13 Jun 2024

Combatting desertification in Mauritania

Combatting desertification in Mauritania


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Fadumo Abdulqadir is the Reporting Officer at Muslim Hands. In her spare time, she loves to research for women throughout history that have been forgotten for her historical women's Instagram Page.

Combatting desertification in Mauritania

Desertification is the process of fertile land becoming desert—a significant problem throughout Africa.

Around 45 percent of Africa’s land mass is experiencing desertification. While the world is facing the adverse effect of climate change. Mauritania is one of the nations that is affected by climate change and facing the impact of desertification.

Currently, 90 percent of Mauritania lies in the Sahara Desert, the nation is particularly vulnerable to the effects of lengthy periods of drought and decreased rainfall. The effects of desertification have seriously threatened Mauritanian’s livelihoods.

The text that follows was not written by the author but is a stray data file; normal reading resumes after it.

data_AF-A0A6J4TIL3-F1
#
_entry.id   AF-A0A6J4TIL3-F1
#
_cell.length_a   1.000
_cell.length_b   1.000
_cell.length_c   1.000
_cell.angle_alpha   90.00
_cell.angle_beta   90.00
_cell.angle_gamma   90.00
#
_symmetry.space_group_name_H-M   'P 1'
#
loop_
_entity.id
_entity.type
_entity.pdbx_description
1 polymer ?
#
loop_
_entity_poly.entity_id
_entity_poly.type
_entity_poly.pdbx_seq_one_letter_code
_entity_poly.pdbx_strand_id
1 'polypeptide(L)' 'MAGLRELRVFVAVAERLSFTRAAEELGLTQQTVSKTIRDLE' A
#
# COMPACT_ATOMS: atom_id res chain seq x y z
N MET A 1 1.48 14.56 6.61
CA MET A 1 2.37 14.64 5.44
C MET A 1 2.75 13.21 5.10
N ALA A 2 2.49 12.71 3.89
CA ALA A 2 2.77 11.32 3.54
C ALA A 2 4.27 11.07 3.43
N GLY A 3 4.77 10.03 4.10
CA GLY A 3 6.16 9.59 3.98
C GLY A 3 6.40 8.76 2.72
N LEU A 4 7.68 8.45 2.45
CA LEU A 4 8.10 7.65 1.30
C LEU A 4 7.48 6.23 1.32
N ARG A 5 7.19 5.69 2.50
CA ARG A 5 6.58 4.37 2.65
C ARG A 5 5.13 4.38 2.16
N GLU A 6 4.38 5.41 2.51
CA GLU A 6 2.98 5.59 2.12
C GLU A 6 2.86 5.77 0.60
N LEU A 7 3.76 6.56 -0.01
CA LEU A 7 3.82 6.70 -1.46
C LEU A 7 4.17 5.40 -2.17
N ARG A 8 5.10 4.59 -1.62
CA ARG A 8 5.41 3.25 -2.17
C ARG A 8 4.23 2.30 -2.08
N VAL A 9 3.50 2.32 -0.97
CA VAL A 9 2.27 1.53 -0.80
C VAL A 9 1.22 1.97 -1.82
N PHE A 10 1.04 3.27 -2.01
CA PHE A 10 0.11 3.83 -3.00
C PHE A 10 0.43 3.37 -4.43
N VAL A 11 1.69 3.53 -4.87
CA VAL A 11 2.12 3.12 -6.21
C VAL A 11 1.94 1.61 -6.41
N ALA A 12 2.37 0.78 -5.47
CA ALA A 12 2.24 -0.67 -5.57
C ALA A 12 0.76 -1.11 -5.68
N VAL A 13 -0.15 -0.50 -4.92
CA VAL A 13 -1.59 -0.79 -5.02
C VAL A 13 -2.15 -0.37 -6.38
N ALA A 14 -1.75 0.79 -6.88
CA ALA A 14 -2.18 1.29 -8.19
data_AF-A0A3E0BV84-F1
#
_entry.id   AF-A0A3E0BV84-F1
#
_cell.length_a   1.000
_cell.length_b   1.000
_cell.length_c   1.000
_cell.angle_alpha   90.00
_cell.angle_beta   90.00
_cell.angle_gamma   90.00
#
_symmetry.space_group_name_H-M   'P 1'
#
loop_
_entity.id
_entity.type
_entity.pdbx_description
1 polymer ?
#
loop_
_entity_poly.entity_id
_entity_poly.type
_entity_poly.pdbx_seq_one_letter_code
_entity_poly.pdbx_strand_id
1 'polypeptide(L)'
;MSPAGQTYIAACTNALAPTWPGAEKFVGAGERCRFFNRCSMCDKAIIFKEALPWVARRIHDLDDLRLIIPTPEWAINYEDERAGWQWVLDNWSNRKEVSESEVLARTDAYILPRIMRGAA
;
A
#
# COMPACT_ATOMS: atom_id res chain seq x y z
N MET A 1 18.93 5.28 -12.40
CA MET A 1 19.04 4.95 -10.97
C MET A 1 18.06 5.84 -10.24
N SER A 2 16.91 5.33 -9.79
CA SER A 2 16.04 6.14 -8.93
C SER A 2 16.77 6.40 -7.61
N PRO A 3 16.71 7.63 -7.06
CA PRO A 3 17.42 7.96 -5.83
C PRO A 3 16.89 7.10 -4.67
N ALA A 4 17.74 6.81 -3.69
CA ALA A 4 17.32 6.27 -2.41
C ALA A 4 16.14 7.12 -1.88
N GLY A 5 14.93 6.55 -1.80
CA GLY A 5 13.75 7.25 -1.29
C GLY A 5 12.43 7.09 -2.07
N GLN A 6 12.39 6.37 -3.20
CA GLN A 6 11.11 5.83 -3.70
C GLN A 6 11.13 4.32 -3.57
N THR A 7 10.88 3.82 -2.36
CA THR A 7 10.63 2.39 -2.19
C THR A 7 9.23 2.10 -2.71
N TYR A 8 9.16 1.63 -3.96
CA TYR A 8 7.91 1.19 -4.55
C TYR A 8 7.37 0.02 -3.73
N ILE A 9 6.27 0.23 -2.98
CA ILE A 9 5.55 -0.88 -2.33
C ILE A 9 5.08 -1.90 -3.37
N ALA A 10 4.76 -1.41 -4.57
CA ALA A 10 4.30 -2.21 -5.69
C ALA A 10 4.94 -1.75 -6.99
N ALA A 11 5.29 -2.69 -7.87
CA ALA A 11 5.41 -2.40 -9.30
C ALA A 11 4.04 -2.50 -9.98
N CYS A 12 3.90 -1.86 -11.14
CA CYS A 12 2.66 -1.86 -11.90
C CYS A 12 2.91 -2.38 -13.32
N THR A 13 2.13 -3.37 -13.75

The Mauritanian government has taken measures to combat climate change and desertification. It is predicted that the temperature in Mauritania is set to rise between 2.0 and 4.5 °C by 2080.

Desertification is having a detrimental impact on the livelihood of farmers. Many farmers across the countries are struggling to grow enough food to eat or sell.

The country is facing severe food and nutritional insecurity – according to the World Food Programme, 22.1% of people live in poverty, and 9.8% of young children suffer from acute malnutrition.

While trying to survive desertification, Mauritanians must also deal with water sanitation. According to the World Health Organization, 2,150 Mauritanians die from diarrheal disease yearly.

Around 90% of these deaths are linked to a lack of sanitation and access to clean water. Furthermore, desertification is preventing rural villages from accessing water at all.

Muslim Hands Combatting Desertification project in Taguilalett aims to tackle desertification in the village. We will be planting 20,000, including acacias (trees), Leptadenia (shrubs), and panicums (herbaceous).

The trees will be planted four metres apart – with shrubs in-between. The trees will stop the wind and the sand’s movement. This project aims to provide much-needed relief to the community impacted by climate change and desertification.

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